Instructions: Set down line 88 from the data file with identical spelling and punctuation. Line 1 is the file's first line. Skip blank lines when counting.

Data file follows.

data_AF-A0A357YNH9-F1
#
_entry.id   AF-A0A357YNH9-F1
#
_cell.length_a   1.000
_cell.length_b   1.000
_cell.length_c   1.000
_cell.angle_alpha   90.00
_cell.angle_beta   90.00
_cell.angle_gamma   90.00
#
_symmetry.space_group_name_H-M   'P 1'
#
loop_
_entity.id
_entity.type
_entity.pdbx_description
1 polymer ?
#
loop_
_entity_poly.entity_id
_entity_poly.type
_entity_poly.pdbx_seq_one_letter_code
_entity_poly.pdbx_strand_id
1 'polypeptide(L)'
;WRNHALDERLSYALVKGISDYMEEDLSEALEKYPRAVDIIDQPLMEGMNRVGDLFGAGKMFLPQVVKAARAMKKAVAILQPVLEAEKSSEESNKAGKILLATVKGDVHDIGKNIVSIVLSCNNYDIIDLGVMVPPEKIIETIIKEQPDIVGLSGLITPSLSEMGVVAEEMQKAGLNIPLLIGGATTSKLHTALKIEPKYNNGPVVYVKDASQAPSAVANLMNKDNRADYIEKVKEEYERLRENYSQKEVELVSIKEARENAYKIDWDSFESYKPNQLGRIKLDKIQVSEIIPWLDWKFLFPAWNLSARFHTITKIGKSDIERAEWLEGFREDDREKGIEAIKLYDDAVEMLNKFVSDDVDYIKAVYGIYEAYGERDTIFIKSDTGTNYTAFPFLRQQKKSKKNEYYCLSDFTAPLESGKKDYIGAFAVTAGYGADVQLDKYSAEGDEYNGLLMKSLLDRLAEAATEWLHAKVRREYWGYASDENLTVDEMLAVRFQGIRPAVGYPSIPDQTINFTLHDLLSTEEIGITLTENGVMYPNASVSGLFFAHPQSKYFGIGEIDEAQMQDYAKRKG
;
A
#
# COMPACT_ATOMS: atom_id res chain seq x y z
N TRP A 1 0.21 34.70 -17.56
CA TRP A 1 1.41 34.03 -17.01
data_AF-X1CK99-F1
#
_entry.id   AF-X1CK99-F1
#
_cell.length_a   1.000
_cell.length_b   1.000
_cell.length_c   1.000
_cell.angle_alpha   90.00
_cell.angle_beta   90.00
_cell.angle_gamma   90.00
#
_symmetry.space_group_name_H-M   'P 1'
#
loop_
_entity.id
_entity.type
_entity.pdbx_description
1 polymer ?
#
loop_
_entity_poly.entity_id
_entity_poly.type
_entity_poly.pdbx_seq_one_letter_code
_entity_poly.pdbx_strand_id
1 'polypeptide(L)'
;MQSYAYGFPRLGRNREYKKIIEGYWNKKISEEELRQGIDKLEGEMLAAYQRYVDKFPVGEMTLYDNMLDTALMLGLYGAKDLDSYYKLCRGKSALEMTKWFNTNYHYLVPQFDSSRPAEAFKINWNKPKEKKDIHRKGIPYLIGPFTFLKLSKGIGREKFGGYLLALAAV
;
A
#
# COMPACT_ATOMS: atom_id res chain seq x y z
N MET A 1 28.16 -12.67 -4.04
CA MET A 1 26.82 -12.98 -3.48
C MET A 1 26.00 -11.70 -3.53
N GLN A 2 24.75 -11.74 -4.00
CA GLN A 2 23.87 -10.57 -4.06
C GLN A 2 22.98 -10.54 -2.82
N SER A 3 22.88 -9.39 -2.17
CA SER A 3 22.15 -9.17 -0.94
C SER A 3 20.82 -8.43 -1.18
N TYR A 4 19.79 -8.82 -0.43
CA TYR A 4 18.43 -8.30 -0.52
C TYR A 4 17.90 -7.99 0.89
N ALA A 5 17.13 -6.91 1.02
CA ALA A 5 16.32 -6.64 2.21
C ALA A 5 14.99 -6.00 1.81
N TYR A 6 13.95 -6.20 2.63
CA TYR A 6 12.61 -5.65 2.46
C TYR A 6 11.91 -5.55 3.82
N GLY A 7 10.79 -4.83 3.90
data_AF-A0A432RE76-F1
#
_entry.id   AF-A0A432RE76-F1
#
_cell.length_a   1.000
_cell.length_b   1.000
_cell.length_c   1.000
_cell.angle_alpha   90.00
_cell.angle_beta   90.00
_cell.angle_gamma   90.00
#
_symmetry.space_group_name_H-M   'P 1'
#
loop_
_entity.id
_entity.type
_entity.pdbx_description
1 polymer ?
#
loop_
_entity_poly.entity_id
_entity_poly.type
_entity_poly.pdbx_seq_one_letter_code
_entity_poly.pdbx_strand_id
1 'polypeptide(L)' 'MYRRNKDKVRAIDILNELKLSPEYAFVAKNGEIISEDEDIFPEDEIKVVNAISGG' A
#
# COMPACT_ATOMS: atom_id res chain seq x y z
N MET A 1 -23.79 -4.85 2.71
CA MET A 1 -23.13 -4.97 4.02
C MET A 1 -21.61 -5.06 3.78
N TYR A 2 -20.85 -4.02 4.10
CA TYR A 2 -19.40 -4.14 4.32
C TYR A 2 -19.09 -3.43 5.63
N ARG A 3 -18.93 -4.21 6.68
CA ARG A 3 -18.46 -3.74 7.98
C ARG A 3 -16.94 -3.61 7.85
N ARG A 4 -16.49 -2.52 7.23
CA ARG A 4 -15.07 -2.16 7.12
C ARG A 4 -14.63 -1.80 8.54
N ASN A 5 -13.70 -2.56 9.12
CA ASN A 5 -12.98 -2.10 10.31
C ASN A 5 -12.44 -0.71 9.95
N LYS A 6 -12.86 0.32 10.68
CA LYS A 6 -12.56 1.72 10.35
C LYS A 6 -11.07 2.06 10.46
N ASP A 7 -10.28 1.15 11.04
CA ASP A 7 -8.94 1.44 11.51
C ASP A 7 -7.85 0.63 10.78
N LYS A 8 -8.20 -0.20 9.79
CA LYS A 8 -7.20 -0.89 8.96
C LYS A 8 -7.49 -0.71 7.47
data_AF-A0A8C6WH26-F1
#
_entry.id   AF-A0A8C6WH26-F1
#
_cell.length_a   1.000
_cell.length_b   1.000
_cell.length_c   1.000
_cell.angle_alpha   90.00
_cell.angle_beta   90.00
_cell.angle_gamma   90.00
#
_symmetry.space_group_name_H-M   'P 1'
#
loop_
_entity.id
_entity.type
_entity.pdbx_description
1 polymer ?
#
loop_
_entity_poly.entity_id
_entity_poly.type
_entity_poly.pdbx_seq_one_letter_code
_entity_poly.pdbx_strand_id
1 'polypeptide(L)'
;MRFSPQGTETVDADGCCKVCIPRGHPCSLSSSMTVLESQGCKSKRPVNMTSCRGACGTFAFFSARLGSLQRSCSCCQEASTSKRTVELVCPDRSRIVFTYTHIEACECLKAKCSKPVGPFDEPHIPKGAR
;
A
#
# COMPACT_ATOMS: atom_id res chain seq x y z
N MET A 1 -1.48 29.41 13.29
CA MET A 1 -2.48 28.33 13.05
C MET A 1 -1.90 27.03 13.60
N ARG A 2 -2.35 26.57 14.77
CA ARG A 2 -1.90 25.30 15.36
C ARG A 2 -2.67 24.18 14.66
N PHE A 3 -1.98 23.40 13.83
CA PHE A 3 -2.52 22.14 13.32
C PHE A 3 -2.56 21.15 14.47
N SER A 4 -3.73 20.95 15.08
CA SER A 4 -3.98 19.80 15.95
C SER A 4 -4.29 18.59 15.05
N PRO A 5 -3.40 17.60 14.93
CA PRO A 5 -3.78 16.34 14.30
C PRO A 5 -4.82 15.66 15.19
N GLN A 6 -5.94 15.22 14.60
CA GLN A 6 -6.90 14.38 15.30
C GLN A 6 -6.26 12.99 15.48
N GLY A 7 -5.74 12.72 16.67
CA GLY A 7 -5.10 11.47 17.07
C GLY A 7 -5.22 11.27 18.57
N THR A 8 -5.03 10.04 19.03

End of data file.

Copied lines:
_cell.length_c   1.000